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Inside Macintosh: AppleScript Language Guide / Part 2 - AppleScript Language Reference
Chapter 9 - Script Objects / Inheritance and Delegation

Using Continue Statements to Pass Commands to Applications

Scripting addition commands and application commands sent to script
objects don't trigger their associated actions until they're received by the default target application. This means you can use a handler for such commands within a script object to modify the way the command works
when sent to that script object.

For example, the handler for the Beep command in the example that follows modifies the command by displaying a dialog box and allowing the user to decide whether to continue or not:

script Joe
   on beep
      set x to display dialog �
         "Do you really want to hear this awful noise?" �
         buttons {"Yes", "No"}
      if the button returned of x is "Yes" then �
         continue beep
   end beep
end script
tell Joe to beep
When AppleScript encounters the Tell statement, it sends a Beep command to script Joe. The Beep handler causes the default target application (for example, the Script Editor) to display a dialog box that gives the user a choice about hearing the alert sound. If the user clicks Yes, the handler uses a Continue statement to pass the Beep command to the default target application. If the user clicks No, the target application never receives the Beep command and no alert sound is heard.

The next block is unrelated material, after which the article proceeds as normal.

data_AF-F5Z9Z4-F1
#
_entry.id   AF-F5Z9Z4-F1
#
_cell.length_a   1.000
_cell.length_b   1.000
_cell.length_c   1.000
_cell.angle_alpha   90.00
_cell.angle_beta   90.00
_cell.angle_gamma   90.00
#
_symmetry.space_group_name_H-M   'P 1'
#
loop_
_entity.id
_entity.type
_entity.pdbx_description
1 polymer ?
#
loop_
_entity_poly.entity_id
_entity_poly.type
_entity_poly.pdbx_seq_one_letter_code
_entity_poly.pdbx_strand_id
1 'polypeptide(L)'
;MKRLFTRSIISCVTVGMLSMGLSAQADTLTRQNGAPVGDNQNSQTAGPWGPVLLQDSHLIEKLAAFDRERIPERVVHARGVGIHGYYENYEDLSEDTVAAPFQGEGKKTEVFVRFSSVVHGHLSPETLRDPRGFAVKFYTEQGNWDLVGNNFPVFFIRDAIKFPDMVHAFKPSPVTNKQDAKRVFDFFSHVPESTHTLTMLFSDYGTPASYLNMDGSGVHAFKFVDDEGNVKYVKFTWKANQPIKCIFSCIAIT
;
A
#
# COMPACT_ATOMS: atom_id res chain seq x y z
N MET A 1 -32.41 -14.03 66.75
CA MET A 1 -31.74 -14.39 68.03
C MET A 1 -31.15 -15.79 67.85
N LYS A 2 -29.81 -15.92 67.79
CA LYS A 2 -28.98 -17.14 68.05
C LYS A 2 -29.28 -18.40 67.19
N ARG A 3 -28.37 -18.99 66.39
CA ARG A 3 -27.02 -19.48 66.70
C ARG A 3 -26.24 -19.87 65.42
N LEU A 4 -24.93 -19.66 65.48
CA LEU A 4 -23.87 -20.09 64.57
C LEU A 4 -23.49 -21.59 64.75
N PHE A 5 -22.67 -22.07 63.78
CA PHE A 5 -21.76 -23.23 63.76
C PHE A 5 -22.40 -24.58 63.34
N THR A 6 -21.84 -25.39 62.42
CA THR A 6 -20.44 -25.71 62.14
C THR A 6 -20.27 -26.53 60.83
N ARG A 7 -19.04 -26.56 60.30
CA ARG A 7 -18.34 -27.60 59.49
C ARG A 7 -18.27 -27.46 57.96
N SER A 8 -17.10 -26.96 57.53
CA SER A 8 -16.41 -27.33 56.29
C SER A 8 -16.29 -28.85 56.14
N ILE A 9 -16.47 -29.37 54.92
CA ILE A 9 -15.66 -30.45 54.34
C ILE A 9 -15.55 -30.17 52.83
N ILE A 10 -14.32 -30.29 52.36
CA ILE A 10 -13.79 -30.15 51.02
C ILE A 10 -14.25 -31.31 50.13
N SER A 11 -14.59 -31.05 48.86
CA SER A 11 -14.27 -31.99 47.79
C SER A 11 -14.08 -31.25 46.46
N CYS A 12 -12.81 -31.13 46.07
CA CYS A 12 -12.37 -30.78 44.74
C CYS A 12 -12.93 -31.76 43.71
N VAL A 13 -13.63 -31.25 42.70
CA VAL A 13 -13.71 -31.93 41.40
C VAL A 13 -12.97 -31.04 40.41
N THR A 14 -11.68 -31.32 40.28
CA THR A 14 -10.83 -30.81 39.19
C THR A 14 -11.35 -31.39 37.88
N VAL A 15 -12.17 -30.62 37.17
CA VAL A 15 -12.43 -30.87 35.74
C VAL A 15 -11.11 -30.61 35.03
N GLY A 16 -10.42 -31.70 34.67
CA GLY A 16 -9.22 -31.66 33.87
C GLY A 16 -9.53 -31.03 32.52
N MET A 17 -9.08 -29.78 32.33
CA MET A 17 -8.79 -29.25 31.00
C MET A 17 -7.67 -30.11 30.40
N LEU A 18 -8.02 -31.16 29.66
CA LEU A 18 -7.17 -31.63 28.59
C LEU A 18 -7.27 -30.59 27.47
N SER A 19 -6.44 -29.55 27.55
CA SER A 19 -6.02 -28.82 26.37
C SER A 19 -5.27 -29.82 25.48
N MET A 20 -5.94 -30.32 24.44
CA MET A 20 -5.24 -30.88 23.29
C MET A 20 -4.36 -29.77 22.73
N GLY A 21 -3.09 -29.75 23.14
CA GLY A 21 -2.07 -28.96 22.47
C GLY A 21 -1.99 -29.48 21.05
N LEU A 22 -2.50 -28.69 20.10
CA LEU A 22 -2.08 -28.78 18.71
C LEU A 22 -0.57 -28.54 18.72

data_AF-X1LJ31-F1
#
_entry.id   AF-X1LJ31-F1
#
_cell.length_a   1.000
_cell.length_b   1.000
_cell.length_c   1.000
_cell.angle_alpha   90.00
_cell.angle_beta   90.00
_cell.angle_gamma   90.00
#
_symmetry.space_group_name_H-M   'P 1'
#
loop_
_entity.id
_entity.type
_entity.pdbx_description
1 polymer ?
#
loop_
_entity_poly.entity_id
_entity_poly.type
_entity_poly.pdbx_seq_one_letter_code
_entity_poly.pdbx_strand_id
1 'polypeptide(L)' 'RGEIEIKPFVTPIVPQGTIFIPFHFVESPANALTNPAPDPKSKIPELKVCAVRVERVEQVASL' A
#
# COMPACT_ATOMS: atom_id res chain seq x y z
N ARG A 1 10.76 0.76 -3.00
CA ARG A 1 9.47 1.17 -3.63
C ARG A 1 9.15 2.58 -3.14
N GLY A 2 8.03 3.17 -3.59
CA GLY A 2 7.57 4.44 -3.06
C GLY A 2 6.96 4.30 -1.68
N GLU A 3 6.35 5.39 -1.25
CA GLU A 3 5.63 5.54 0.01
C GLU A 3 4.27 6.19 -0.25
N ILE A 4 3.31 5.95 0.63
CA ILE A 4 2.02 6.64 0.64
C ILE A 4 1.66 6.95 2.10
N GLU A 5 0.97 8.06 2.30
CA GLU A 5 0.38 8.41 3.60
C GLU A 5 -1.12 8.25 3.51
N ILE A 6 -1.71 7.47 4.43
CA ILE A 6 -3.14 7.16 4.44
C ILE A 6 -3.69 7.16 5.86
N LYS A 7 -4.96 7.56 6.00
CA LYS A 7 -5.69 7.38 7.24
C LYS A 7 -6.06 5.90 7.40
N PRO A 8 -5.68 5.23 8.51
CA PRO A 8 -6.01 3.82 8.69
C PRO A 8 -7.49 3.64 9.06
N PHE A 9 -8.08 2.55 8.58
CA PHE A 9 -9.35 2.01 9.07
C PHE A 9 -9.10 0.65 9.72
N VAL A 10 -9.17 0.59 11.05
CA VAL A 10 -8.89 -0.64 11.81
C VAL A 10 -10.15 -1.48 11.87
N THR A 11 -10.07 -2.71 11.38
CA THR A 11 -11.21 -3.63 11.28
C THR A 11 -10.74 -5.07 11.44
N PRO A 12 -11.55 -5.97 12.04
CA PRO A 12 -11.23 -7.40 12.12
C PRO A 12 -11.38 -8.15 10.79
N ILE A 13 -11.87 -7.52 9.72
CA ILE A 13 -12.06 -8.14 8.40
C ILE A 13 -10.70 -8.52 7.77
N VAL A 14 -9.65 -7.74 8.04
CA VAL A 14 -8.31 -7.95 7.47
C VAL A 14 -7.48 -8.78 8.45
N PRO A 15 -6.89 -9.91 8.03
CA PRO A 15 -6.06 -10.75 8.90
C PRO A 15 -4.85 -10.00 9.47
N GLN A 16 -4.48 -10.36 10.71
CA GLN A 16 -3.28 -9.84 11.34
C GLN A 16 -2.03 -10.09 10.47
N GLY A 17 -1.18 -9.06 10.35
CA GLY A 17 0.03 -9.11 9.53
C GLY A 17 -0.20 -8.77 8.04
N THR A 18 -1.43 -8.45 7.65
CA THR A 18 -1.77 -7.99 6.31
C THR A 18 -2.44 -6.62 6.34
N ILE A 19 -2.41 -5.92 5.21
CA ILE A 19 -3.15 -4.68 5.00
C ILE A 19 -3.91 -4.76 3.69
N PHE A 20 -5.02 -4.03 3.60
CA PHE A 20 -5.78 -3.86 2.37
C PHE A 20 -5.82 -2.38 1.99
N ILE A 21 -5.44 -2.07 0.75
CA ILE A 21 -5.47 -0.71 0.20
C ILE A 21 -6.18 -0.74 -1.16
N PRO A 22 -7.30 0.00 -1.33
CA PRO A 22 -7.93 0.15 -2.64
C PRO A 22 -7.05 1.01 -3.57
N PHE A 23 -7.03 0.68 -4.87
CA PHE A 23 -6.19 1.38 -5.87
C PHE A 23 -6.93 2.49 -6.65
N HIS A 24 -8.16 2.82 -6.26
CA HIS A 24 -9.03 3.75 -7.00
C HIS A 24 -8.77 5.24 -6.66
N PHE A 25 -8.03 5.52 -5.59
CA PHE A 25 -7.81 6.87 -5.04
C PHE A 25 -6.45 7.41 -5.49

In applications that allow you to attach script objects to application objects, you can use a handler for an application command in a script object to modify the way the application responds to the command.

For example, if a drawing application allows you to associate script objects with geometric shapes such as circles or squares, you could include a handler like this in a script object associated with a shape in a document:

on move to {x, y} 
   continue move to {x, item 2 of my position}
end move
Whenever the shape the script object is associated with is named as the target
of a Move command, the on move handler handles the command by modifying one of the parameters and using the continue statement to pass the command on to the default parent--that is, the drawing application. The location specified by {x, item 2 of my position} has the same horizontal coordinate as the location specified by the original Move command, but specifies the shape's original vertical coordinate (item 2 of the circle's original position), thus constraining the shape's motion to a horizontal direction.

The documentation for applications that allow you to associate script objects with application objects in this manner should provide more information about how to write handlers for application commands.

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© Apple Computer, Inc.
13 JUL 1996